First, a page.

Conceptualizing Religion: Immanent Anthropologists, Transcendent Natives, and Unbounded Categories

E.J. Brill, 1993 - 292 sider
How might we transform a folk category -- in this case, religion -- into an analytical category suitable for cross-cultural research? In addressing that question, this book critically explores various approaches to the problem of conceptualizing religion for scholarly purposes, particularly with respect to certain disciplinary interests of anthropologists. The author argues that the most plausible analytical strategy can be based on the idea of family resemblances, especially as that idea has been used and developed in contemporary prototype theory. In the solution proposed, religion is conceptualized as an affair of 'more or less' rather than a matter of 'yes or no, ' and no sharp line is drawn between religion and non-religion.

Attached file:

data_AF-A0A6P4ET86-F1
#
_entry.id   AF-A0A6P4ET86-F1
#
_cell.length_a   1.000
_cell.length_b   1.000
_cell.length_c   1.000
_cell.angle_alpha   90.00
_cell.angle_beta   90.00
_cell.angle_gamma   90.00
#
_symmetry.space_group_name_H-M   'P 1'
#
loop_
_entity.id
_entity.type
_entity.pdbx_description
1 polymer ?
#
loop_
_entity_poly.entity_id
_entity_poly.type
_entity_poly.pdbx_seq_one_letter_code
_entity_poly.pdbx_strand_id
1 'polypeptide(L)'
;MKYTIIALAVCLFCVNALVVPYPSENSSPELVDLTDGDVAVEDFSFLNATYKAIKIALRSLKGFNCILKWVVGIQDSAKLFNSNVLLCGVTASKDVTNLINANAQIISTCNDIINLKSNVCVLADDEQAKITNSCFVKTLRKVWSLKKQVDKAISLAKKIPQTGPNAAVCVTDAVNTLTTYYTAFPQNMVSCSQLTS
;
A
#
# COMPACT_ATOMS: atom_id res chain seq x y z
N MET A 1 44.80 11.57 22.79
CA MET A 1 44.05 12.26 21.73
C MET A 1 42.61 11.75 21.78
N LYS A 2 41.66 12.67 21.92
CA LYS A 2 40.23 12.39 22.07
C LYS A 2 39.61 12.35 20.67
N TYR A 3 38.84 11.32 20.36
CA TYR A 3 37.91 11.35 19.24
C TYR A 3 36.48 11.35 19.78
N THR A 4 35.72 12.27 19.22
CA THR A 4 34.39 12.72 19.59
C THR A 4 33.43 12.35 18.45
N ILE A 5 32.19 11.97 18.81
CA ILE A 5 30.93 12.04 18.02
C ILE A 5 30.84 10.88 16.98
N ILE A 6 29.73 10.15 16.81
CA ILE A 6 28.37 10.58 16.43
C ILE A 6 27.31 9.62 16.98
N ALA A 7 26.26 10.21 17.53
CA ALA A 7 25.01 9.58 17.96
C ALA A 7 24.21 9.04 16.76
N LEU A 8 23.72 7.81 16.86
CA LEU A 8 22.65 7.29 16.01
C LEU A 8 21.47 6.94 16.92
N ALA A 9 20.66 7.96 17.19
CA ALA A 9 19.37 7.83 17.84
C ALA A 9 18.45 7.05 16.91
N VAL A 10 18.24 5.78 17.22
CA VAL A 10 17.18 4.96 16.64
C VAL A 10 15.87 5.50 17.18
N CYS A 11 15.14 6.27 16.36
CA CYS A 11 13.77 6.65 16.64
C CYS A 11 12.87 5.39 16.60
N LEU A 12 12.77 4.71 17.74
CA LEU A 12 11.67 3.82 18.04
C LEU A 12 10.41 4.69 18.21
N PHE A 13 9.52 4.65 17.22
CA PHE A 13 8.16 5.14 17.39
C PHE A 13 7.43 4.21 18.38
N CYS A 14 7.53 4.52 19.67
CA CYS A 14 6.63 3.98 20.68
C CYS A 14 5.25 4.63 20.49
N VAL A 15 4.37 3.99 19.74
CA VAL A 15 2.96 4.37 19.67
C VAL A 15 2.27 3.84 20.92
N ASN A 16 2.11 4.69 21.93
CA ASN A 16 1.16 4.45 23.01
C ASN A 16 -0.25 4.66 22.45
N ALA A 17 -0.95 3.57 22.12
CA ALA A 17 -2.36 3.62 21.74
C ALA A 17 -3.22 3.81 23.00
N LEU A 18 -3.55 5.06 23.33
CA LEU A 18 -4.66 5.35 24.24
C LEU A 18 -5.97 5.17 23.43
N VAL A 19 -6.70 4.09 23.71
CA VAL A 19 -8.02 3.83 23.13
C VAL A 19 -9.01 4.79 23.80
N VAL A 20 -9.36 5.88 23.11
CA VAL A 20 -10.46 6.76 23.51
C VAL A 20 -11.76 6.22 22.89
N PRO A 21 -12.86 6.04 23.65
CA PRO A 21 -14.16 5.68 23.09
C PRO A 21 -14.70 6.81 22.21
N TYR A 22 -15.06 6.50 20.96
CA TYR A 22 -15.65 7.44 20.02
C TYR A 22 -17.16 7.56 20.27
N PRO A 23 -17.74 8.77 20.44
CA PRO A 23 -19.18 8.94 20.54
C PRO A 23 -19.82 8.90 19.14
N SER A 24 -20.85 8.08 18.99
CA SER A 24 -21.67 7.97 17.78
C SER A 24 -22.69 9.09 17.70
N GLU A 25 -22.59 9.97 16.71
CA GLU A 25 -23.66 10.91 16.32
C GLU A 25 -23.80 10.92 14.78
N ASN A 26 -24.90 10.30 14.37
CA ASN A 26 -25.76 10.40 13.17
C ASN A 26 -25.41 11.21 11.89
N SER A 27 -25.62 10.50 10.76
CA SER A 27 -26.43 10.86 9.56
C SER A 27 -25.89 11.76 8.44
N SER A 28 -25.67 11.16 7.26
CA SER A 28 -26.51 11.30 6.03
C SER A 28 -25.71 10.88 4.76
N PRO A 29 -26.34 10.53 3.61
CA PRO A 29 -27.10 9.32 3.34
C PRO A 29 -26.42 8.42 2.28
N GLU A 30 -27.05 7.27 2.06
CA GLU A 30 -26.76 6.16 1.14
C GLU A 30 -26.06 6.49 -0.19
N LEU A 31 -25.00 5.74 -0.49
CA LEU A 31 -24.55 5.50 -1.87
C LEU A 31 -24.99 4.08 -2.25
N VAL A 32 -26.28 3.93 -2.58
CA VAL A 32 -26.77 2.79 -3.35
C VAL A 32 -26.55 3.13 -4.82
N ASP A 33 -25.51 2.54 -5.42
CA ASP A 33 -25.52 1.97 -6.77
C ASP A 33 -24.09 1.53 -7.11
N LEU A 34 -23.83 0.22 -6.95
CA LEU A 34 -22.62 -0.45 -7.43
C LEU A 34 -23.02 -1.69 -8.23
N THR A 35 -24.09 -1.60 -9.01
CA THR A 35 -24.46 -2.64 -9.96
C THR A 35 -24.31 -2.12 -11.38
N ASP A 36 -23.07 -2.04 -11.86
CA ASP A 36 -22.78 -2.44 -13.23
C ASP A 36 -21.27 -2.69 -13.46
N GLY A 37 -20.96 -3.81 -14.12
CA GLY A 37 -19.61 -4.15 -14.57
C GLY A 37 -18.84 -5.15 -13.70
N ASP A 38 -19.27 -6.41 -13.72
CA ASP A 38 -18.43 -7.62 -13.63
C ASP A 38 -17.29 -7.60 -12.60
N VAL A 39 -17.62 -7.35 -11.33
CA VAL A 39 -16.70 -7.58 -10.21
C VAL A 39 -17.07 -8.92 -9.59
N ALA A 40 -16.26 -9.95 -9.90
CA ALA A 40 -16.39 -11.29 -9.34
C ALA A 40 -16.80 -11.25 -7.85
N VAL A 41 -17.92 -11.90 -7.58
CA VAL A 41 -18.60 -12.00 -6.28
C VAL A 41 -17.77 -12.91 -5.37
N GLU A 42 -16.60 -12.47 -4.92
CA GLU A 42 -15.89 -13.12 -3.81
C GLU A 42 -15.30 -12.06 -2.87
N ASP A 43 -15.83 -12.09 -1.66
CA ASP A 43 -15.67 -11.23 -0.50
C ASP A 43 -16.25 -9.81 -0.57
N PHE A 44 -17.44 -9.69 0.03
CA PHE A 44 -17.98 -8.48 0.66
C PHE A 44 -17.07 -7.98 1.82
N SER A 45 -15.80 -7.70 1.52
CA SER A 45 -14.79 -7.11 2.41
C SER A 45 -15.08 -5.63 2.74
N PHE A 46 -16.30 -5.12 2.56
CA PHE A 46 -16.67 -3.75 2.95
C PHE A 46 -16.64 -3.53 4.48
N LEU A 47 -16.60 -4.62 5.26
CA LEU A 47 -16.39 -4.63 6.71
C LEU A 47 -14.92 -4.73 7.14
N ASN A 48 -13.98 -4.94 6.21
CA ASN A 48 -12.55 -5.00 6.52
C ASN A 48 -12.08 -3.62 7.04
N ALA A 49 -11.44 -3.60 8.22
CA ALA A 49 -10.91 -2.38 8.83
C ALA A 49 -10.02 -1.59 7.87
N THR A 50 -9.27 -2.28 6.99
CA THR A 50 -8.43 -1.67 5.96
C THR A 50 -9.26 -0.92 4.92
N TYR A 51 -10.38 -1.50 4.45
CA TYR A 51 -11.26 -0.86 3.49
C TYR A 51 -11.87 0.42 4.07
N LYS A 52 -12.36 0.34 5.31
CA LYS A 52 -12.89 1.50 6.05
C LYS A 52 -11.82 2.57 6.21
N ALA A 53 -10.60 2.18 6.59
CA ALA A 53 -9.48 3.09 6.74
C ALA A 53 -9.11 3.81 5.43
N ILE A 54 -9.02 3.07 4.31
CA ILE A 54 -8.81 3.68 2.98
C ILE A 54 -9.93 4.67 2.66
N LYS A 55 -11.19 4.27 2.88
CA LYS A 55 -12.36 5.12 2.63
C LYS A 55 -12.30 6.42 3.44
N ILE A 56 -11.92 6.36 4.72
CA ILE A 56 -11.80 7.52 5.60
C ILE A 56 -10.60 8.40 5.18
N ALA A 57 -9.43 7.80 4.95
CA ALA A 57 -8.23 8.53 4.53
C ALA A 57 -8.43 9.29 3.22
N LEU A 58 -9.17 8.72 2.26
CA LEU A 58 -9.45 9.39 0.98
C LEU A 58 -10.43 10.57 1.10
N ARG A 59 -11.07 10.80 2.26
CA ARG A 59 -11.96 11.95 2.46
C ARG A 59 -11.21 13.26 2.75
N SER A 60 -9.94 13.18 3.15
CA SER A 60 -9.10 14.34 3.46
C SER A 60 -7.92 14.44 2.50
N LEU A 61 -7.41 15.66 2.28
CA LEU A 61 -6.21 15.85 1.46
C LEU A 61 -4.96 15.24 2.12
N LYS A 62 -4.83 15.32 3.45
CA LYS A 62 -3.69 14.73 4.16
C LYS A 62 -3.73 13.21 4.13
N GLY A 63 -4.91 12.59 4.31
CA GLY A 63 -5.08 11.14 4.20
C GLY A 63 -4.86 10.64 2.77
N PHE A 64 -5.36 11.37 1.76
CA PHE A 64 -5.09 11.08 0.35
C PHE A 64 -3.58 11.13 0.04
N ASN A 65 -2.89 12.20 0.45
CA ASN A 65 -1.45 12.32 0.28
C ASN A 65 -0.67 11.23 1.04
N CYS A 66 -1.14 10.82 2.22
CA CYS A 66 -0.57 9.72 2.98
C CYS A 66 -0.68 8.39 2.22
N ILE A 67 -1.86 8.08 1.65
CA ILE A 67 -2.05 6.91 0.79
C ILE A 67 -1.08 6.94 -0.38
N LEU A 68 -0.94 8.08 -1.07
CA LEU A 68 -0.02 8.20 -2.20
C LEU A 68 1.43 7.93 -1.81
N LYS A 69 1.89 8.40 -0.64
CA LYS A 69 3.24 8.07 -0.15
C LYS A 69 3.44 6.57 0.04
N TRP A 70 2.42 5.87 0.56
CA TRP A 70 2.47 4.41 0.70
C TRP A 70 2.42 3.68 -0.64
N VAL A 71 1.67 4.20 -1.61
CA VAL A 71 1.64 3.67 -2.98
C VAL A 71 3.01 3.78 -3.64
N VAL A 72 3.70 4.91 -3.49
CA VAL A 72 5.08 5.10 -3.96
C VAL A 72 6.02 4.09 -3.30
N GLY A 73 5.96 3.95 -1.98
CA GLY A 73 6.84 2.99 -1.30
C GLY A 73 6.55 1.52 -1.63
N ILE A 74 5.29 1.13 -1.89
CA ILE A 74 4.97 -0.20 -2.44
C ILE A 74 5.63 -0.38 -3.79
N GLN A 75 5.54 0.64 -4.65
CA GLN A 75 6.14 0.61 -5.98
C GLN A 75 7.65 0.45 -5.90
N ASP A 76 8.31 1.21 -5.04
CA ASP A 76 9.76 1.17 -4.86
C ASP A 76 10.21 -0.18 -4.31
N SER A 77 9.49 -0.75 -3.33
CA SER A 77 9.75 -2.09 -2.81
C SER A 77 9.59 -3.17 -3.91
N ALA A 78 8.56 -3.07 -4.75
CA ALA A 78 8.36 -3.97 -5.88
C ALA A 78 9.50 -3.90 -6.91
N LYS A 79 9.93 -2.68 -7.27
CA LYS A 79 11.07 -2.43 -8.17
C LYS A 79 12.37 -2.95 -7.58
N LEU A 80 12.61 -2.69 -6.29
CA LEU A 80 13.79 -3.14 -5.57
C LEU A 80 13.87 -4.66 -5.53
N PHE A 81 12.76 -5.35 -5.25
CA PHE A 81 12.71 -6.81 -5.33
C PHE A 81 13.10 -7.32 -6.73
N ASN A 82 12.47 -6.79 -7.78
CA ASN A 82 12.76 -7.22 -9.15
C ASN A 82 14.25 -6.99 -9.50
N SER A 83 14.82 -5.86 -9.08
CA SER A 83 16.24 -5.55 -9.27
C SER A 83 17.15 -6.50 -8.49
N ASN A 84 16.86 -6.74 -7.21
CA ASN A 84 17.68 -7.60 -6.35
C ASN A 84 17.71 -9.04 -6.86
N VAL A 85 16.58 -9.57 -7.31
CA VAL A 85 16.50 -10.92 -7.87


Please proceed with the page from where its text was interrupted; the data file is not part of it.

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Om forfatteren (1993)

Benson Saler teaches anthropology at Brandeis University in Waltham, Massachusetts. He has carried out ethnographic field research among Maya-Quiché in Guatemala and Wayú (Guajiro) in Colombia and Venezuela.

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